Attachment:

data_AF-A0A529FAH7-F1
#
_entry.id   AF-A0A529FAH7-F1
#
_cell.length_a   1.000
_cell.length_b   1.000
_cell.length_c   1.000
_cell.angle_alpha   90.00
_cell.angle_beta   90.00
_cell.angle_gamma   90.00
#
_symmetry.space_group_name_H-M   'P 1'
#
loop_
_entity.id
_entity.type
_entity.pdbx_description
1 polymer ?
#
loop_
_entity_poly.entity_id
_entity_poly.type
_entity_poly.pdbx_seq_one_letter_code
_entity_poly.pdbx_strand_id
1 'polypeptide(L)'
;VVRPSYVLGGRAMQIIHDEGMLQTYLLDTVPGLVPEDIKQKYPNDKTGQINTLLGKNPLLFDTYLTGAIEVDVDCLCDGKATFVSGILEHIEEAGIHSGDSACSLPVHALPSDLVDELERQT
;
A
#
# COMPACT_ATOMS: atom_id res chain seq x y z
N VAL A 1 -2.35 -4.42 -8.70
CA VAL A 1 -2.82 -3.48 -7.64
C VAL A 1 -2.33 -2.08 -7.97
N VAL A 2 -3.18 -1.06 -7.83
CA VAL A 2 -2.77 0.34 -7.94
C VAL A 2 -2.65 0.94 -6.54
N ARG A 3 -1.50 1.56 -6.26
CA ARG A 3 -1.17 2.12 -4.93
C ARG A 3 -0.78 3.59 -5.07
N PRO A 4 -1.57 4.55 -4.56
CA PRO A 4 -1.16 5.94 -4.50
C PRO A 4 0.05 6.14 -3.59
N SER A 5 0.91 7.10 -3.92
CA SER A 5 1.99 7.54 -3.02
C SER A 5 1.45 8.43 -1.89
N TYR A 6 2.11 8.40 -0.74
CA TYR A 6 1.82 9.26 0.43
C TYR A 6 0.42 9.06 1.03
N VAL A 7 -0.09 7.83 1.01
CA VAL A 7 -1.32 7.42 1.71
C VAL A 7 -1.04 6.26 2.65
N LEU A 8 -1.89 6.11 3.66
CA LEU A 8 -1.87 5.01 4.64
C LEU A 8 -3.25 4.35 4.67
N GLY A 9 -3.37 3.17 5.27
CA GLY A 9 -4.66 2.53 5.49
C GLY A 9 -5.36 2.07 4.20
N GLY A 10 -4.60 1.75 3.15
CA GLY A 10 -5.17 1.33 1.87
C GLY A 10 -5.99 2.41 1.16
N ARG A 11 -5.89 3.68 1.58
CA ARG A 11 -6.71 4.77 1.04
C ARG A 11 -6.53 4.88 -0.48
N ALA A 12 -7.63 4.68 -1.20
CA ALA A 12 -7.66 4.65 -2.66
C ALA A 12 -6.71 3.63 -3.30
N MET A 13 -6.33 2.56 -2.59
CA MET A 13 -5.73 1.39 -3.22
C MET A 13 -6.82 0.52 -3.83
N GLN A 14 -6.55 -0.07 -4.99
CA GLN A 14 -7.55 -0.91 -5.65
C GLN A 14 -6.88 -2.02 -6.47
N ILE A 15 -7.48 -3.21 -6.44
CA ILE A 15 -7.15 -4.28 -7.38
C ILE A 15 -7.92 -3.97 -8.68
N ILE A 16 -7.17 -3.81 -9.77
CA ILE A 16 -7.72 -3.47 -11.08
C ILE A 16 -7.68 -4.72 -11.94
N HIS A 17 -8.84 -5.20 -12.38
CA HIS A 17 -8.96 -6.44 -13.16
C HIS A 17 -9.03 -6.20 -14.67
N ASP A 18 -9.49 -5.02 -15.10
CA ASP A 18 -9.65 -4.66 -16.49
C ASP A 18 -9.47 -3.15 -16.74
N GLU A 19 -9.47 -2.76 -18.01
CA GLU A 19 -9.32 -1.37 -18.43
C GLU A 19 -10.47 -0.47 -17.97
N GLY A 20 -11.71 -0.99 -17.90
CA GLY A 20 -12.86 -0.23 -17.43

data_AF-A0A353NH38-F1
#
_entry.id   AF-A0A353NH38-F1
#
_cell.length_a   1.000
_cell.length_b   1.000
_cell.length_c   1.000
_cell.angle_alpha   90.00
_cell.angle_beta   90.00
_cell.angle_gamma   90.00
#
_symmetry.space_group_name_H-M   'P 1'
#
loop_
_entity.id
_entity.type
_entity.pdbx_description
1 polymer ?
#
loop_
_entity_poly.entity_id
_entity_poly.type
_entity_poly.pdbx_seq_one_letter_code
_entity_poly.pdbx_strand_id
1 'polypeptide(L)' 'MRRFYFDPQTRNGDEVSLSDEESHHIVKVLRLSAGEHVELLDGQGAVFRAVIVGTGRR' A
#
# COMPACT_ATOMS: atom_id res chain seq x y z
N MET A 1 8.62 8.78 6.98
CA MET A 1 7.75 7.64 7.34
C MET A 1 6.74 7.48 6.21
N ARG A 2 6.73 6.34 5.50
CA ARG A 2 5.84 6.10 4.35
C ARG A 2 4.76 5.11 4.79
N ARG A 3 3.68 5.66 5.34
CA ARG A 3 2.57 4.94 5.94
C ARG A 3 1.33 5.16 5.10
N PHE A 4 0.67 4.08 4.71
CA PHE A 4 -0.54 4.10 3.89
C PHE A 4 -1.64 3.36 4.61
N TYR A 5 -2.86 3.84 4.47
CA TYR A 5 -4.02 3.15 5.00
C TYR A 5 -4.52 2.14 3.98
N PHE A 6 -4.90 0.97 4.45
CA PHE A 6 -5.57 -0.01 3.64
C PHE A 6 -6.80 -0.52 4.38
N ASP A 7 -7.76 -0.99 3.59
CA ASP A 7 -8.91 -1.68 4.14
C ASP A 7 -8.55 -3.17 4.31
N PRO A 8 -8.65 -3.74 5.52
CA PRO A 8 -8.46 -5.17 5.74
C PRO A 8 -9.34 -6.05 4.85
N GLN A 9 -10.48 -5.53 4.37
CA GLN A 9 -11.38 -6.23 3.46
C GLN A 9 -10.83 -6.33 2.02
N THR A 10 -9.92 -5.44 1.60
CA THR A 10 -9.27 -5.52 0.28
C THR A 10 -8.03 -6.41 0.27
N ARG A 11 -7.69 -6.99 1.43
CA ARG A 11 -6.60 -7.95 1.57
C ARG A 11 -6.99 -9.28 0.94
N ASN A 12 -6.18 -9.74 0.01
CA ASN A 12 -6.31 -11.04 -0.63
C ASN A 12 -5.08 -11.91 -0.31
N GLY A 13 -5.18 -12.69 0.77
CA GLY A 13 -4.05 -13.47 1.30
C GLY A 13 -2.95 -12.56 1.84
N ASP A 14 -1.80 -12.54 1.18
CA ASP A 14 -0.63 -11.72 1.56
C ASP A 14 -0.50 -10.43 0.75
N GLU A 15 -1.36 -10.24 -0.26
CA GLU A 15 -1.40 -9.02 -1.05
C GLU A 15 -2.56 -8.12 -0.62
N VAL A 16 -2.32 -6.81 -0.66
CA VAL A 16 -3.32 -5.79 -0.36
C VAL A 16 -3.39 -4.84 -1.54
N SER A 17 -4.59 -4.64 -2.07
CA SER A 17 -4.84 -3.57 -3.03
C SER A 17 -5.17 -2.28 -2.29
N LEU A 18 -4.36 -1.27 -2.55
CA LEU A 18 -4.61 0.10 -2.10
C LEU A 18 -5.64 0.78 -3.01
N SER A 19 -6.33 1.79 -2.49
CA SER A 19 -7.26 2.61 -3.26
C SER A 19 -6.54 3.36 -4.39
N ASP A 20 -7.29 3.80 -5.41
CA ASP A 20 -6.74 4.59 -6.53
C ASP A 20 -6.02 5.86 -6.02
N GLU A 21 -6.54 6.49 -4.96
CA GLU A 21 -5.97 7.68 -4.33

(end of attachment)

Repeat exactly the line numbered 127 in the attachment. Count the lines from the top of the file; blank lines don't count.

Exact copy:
CA PHE A 4 -0.54 4.10 3.89